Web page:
Simulationism does not mean blind reproduction of real-world processes in a game. I have a more nuanced and objective definition of simulationism. Using this conception, we can better understand what I mean by moderate simulationism.
My approach to moderate simulationism is based on a managerial technique employed to some success among Japanese automakers and subsequently many businesses worldwide: The Five Whys.
Take a look at the high-level mechanics in a game and ask “why”—“why does this work?” or “why did this happen?” After drilling down through consecutive “why”s, you reach a point where you have no other answer but “because the devs say so.” This is the point at which there is no further game-level reasoning: you must step out of the rules themselves to answer this “why.” I call this jump to metagame reasoning a “bottom”. It’s the end of whys that are useful to the player when they’re playing the game. Each time you have a successful answer to a “why” question in a chain, the why-level for the mechanic increases by one.
Gamist systems tend towards metagame reasons taking control almost instantly. The rules in a pure gamist system exist primarily because of metagame reasons—all of the rules do, high and low abstraction layers alike. The perfect simulationist game would allow this chain of whys to proceed all the way until you reach the point you would say “well… I don’t know!” in real life.
In virtual world design (which is the primary concern of just about every single MMO) pure gamist systems fail because the game rules become too arbitrary for the players to suspend disbelief and become immersed in the world. The immersion loss is too great to justify the marginal balance improvements a pure gamist system ensures. Pure gamist virtual worlds do exist, though, in the form modern MMORPGs. There are no pure simulationist MMOs because pure simulationist systems are impossible to implement. Limitations on computing power doom pure simulation. Even if the computing power limitations disappeared, thorough simulations routinely become too complex to program and too complex to play. We don’t even have the means to interact with a computer accurately enough for a simulation of such depth to be feasibly usable.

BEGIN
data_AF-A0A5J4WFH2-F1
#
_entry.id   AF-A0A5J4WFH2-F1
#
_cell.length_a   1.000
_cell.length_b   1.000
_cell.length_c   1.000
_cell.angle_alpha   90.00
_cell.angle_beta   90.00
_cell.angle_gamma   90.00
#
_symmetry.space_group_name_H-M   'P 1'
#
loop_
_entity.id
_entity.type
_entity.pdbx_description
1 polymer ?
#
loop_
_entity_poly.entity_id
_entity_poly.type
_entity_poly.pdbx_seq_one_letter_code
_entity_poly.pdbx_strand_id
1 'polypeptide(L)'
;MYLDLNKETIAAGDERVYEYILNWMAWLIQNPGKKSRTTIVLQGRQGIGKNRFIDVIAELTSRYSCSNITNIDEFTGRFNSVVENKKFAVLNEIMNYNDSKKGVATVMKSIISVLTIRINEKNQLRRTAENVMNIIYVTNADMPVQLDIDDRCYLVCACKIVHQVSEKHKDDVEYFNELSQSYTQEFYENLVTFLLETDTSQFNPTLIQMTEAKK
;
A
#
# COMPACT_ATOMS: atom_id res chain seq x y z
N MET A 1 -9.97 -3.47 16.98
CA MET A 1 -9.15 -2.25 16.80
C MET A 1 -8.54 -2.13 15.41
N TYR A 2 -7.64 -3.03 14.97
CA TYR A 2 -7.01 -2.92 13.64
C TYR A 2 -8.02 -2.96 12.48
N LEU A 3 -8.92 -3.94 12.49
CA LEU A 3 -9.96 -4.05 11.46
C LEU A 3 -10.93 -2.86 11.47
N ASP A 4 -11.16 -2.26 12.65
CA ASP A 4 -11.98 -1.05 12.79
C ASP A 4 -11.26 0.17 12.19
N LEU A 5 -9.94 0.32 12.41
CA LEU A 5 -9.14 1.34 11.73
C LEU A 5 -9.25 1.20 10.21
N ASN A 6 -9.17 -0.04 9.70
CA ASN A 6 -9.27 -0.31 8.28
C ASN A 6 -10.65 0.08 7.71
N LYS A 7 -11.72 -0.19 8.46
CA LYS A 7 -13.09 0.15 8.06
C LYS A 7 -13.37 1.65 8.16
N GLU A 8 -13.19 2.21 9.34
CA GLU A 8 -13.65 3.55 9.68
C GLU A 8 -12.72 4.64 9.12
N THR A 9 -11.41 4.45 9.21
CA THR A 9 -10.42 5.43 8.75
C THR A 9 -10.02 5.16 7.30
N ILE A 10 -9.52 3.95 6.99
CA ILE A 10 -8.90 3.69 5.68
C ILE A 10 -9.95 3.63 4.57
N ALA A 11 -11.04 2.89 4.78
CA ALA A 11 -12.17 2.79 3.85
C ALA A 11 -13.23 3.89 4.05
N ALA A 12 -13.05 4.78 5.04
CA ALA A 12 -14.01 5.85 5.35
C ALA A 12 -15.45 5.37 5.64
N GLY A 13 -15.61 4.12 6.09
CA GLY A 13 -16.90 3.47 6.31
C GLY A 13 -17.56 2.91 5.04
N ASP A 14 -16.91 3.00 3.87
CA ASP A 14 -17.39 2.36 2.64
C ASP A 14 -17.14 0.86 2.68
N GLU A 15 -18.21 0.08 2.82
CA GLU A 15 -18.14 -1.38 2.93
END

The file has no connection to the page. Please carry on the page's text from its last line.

What, then, is moderate simulationism?
Start with a living virtual world. It doesn’t have to be an accurate simulation of some subset of the real world, but it should be a virtual world that sustains its own operation but changes as different agents interact with it. These agents should be AIs to start. Once you have a self-altering world, you define a set of interaction points at which the player can touch the game world—these interaction points manifest in the player character and its capabilities in RPGs. The way that the player character can interact with the world depends on the parameters of the simulation and the natural conditions that arose as the world evolved under the influence of AI agents. The why-levels of most of the key aspects of the game world will now be significantly deeper than they are in modern theme-park (and even further, sandbox) MMOs, but there is still a bedrock of world design principles that are safely below the why-level of the real world.
(Props go to Tales of the Rampant Coyote’s article on making magic less mundane which helped me to better understand the core of simulationism.)